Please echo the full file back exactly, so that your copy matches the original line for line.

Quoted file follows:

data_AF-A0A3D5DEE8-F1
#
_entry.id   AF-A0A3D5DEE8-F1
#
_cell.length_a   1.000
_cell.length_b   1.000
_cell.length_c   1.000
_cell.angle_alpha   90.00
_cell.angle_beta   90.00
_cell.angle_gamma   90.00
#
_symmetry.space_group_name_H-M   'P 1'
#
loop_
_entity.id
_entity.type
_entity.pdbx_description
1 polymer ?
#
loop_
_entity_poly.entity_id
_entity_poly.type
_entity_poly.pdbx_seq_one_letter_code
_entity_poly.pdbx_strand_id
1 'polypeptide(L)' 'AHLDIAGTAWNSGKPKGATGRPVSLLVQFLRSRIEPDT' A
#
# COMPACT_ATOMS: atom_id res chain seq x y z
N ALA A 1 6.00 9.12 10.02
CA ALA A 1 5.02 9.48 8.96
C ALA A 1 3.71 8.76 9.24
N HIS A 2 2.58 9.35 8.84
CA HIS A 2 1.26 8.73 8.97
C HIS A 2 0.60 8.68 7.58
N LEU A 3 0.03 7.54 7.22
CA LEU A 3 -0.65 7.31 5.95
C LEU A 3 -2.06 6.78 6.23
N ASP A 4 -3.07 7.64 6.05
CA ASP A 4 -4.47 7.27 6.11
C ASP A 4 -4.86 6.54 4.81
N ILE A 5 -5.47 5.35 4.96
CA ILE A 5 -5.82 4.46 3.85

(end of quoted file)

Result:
data_AF-A0A3D5DEE8-F1
#
_entry.id   AF-A0A3D5DEE8-F1
#
_cell.length_a   1.000
_cell.length_b   1.000
_cell.length_c   1.000
_cell.angle_alpha   90.00
_cell.angle_beta   90.00
_cell.angle_gamma   90.00
#
_symmetry.space_group_name_H-M   'P 1'
#
loop_
_entity.id
_entity.type
_entity.pdbx_description
1 polymer ?
#
loop_
_entity_poly.entity_id
_entity_poly.type
_entity_poly.pdbx_seq_one_letter_code
_entity_poly.pdbx_strand_id
1 'polypeptide(L)' 'AHLDIAGTAWNSGKPKGATGRPVSLLVQFLRSRIEPDT' A
#
# COMPACT_ATOMS: atom_id res chain seq x y z
N ALA A 1 6.00 9.12 10.02
CA ALA A 1 5.02 9.48 8.96
C ALA A 1 3.71 8.76 9.24
N HIS A 2 2.58 9.35 8.84
CA HIS A 2 1.26 8.73 8.97
C HIS A 2 0.60 8.68 7.58
N LEU A 3 0.03 7.54 7.22
CA LEU A 3 -0.65 7.31 5.95
C LEU A 3 -2.06 6.78 6.23
N ASP A 4 -3.07 7.64 6.05
CA ASP A 4 -4.47 7.27 6.11
C ASP A 4 -4.86 6.54 4.81
N ILE A 5 -5.47 5.35 4.96
CA ILE A 5 -5.82 4.46 3.85